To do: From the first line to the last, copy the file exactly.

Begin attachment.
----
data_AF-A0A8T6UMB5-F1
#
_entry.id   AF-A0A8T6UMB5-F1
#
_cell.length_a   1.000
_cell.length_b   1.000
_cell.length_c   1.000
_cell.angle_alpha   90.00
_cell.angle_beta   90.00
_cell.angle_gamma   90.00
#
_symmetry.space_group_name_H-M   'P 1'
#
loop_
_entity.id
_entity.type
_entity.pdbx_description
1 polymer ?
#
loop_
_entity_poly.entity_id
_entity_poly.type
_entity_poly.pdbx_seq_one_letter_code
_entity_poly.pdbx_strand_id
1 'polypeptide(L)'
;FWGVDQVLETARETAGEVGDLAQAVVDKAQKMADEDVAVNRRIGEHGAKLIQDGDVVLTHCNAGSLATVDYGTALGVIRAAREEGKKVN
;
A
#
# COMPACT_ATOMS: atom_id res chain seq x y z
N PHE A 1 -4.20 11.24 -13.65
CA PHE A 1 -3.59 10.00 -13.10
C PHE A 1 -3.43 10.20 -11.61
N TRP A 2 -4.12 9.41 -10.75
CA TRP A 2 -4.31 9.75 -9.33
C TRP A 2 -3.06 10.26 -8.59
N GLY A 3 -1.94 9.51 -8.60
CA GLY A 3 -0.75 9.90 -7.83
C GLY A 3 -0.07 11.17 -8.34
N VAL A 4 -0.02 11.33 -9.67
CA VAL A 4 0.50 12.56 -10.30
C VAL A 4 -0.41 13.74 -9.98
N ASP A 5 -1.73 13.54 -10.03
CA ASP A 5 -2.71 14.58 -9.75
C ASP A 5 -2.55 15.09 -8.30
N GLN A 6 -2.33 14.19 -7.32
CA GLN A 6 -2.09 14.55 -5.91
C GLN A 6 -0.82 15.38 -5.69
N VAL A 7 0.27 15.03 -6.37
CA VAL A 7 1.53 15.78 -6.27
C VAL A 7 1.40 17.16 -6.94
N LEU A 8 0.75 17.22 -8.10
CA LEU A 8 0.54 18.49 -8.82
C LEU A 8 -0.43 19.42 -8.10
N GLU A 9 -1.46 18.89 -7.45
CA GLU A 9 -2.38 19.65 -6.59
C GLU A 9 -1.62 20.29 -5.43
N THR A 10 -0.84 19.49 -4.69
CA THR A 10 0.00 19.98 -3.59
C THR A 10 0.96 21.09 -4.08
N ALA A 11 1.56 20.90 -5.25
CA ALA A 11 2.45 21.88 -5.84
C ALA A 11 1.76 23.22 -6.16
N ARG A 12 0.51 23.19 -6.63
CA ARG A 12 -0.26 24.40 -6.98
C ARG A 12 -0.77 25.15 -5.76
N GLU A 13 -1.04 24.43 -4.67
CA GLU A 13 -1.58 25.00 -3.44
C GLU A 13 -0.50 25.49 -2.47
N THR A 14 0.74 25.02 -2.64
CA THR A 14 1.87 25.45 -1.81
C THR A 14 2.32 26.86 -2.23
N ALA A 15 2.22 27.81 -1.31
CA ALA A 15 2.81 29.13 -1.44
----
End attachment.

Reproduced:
data_AF-A0A8T6UMB5-F1
#
_entry.id   AF-A0A8T6UMB5-F1
#
_cell.length_a   1.000
_cell.length_b   1.000
_cell.length_c   1.000
_cell.angle_alpha   90.00
_cell.angle_beta   90.00
_cell.angle_gamma   90.00
#
_symmetry.space_group_name_H-M   'P 1'
#
loop_
_entity.id
_entity.type
_entity.pdbx_description
1 polymer ?
#
loop_
_entity_poly.entity_id
_entity_poly.type
_entity_poly.pdbx_seq_one_letter_code
_entity_poly.pdbx_strand_id
1 'polypeptide(L)'
;FWGVDQVLETARETAGEVGDLAQAVVDKAQKMADEDVAVNRRIGEHGAKLIQDGDVVLTHCNAGSLATVDYGTALGVIRAAREEGKKVN
;
A
#
# COMPACT_ATOMS: atom_id res chain seq x y z
N PHE A 1 -4.20 11.24 -13.65
CA PHE A 1 -3.59 10.00 -13.10
C PHE A 1 -3.43 10.20 -11.61
N TRP A 2 -4.12 9.41 -10.75
CA TRP A 2 -4.31 9.75 -9.33
C TRP A 2 -3.06 10.26 -8.59
N GLY A 3 -1.94 9.51 -8.60
CA GLY A 3 -0.75 9.90 -7.83
C GLY A 3 -0.07 11.17 -8.34
N VAL A 4 -0.02 11.33 -9.67
CA VAL A 4 0.50 12.56 -10.30
C VAL A 4 -0.41 13.74 -9.98
N ASP A 5 -1.73 13.54 -10.03
CA ASP A 5 -2.71 14.58 -9.75
C ASP A 5 -2.55 15.09 -8.30
N GLN A 6 -2.33 14.19 -7.32
CA GLN A 6 -2.09 14.55 -5.91
C GLN A 6 -0.82 15.38 -5.69
N VAL A 7 0.27 15.03 -6.37
CA VAL A 7 1.53 15.78 -6.27
C VAL A 7 1.40 17.16 -6.94
N LEU A 8 0.75 17.22 -8.10
CA LEU A 8 0.54 18.49 -8.82
C LEU A 8 -0.43 19.42 -8.10
N GLU A 9 -1.46 18.89 -7.45
CA GLU A 9 -2.38 19.65 -6.59
C GLU A 9 -1.62 20.29 -5.43
N THR A 10 -0.84 19.49 -4.69
CA THR A 10 0.00 19.98 -3.59
C THR A 10 0.96 21.09 -4.08
N ALA A 11 1.56 20.90 -5.25
CA ALA A 11 2.45 21.88 -5.84
C ALA A 11 1.76 23.22 -6.16
N ARG A 12 0.51 23.19 -6.63
CA ARG A 12 -0.26 24.40 -6.98
C ARG A 12 -0.77 25.15 -5.76
N GLU A 13 -1.04 24.43 -4.67
CA GLU A 13 -1.58 25.00 -3.44
C GLU A 13 -0.50 25.49 -2.47
N THR A 14 0.74 25.02 -2.64
CA THR A 14 1.87 25.45 -1.81
C THR A 14 2.32 26.86 -2.23
N ALA A 15 2.22 27.81 -1.31
CA ALA A 15 2.81 29.13 -1.44